15th March 2020 Russell Braund

Community Focussed: Breaking social barriers

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In the novel ‘A Passage to India’ there is a young Indian doctor who is keen to befriend English people and be part of the club. He is warned that it is not truly possible to be a friend to an Englishman and be accepted, because of his race. However, this is something he desires. He befriends an old lady who has come out to India with a young woman who is going to be married. He arranges an expedition to some caves and as a result of an incident in the caves, he is accused of sexual assault. 

He is entirely innocent, but the British community are determined to find him guilty, because it is exactly the sort of behaviour they would have expected. Dr Aziz comes to realise just how unacceptable he is and how high the social barriers are to inclusion. Even the person who could testify to his innocence – Mrs More – will not do so. He is not part of the club.

My brother is a civil engineer in France and involved in the refurbishment of top hotels and the construction of high end developments. His company’s clients are multi-millionaires and have money to spend! To stay at the hotels they go to costs thousands for one night and people will spend £25 000 on a bottle of wine. the hotels are aimed exclusively at people who drive Maseratis and Lamborghinis – so don’t turn up in our Ford Focus!. They don’t want just anybody in their set. To buy a property in a development will cost millions. Even the richest person you know could not gain you entry to this social circle. You would be out of place – and out on your ear!

The Indian doctor couldn’t join the English club and unless you have so much money that you can waste it being extortionately exploited in a hotel, then you can’t join the French set. People like to be exclusive and feel that in some way they are better than others. Is the church like that? Is Emmanuel Baptist Church like that?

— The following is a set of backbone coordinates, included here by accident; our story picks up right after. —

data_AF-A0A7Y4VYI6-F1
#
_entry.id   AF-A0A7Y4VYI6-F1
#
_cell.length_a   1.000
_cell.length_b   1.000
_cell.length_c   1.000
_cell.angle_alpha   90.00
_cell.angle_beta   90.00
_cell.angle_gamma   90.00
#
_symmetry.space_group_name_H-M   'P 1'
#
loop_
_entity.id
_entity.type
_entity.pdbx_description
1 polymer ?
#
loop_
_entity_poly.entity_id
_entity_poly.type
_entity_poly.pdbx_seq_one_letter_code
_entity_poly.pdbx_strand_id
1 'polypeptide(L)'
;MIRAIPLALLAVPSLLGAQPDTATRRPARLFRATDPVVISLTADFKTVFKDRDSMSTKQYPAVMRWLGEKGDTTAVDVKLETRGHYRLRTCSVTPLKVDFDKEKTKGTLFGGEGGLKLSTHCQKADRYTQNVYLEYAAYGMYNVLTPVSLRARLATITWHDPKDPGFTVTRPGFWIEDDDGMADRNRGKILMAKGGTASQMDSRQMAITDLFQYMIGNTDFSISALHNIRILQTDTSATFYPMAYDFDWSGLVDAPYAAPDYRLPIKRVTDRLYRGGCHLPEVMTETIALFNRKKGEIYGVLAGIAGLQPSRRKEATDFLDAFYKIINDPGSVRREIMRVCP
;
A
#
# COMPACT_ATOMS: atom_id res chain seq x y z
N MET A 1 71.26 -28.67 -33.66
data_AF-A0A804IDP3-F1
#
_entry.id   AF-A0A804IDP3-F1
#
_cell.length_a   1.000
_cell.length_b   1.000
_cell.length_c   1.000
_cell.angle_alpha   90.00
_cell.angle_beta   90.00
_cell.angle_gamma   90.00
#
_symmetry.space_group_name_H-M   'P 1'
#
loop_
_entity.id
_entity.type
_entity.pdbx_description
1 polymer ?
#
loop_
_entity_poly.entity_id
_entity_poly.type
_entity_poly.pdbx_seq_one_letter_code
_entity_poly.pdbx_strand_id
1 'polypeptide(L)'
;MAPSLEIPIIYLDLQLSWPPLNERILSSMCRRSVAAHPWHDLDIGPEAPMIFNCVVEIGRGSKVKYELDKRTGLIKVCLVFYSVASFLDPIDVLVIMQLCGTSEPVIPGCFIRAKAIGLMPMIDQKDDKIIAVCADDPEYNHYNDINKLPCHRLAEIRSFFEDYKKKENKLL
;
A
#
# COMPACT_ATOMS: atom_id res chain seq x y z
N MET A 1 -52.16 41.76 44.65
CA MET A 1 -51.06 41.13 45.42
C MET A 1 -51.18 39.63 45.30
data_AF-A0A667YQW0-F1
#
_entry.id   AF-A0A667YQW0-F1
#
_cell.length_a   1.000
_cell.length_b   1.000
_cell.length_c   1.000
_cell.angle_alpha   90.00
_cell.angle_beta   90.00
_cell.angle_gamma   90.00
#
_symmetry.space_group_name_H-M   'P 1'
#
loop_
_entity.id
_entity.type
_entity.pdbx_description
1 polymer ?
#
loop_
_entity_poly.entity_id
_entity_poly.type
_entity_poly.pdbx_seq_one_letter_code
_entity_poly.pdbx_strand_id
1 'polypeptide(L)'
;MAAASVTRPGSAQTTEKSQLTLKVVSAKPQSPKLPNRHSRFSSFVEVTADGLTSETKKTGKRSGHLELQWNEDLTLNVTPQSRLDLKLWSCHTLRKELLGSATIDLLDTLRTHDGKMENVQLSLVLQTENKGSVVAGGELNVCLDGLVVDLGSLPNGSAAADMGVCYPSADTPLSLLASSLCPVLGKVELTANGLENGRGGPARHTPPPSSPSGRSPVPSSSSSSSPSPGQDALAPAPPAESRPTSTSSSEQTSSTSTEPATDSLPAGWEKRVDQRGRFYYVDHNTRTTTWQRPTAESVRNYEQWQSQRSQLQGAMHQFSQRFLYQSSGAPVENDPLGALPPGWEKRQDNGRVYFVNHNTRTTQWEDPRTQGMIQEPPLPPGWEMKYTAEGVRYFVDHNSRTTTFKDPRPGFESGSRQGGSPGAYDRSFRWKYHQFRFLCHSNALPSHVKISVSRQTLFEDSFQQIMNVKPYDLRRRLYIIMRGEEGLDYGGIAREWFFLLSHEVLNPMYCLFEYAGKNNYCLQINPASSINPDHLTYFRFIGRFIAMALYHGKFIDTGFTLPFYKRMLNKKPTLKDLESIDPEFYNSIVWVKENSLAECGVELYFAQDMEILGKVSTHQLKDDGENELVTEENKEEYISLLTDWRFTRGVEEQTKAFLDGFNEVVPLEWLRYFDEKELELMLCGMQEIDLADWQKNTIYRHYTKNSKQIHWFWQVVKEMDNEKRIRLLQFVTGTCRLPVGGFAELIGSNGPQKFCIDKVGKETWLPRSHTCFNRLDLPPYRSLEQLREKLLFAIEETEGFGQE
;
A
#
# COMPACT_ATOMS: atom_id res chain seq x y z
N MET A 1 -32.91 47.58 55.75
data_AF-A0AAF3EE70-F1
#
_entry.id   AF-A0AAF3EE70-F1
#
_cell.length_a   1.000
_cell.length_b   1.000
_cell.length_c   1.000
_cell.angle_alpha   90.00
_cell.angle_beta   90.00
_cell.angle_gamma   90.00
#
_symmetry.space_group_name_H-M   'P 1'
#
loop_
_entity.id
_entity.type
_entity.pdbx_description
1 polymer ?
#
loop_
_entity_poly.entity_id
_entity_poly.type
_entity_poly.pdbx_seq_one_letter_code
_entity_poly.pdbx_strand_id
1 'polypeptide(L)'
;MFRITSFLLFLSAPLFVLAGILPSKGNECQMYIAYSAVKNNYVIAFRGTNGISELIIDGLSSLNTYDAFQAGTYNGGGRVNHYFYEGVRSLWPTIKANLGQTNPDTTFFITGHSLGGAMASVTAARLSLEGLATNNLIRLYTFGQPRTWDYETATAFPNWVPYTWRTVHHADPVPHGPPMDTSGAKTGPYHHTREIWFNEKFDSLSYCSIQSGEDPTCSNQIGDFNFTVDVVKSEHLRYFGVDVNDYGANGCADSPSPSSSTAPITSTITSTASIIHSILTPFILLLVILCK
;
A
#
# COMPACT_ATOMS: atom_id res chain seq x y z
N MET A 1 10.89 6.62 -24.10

Story 1 Matthew 9:9-13. Jesus was recognised as a teacher, although the religious establishment early on had taken exception to his teaching, his actions and certainly took exception to his company. He walked along the shoreline and came to a tax collector’s booth – and he called Levi who is one of the vilest of men in the Jewish community. He was a tax farmer. 

There would have been a tax district and the person in charge of the district would have franchised out sub divisions, expecting to be paid so much for the franchise and part of that would be passed onto the authorities and the rest kept as income. The local tax collector would need to collect enough to cover his franchise and then anything else on top was profit. Possibly Levi was collecting taxes from the fishermen.  He was working for the occupying authorities; he was an instrument of exploitation and oppression for the people. 

There is a hymn by Fanny Crosby that has this verse:

O perfect redemption, the purchase of blood,

 To every believer the promise of God;

 The vilest offender who truly believes,

 That moment from Jesus a pardon receives.

In the eyes of the Jewish community and religious authorities there was no redemption possible for this man and others like him.

To become a tax collector meant you were an outcast, disqualified from serving in the judiciary or being a reliable witness and excommunicated from the synagogue. You were fundamentally outside the law and permanently unclean. Your disgrace extended to your family. You could no longer be part of the club and there was no way you could get in.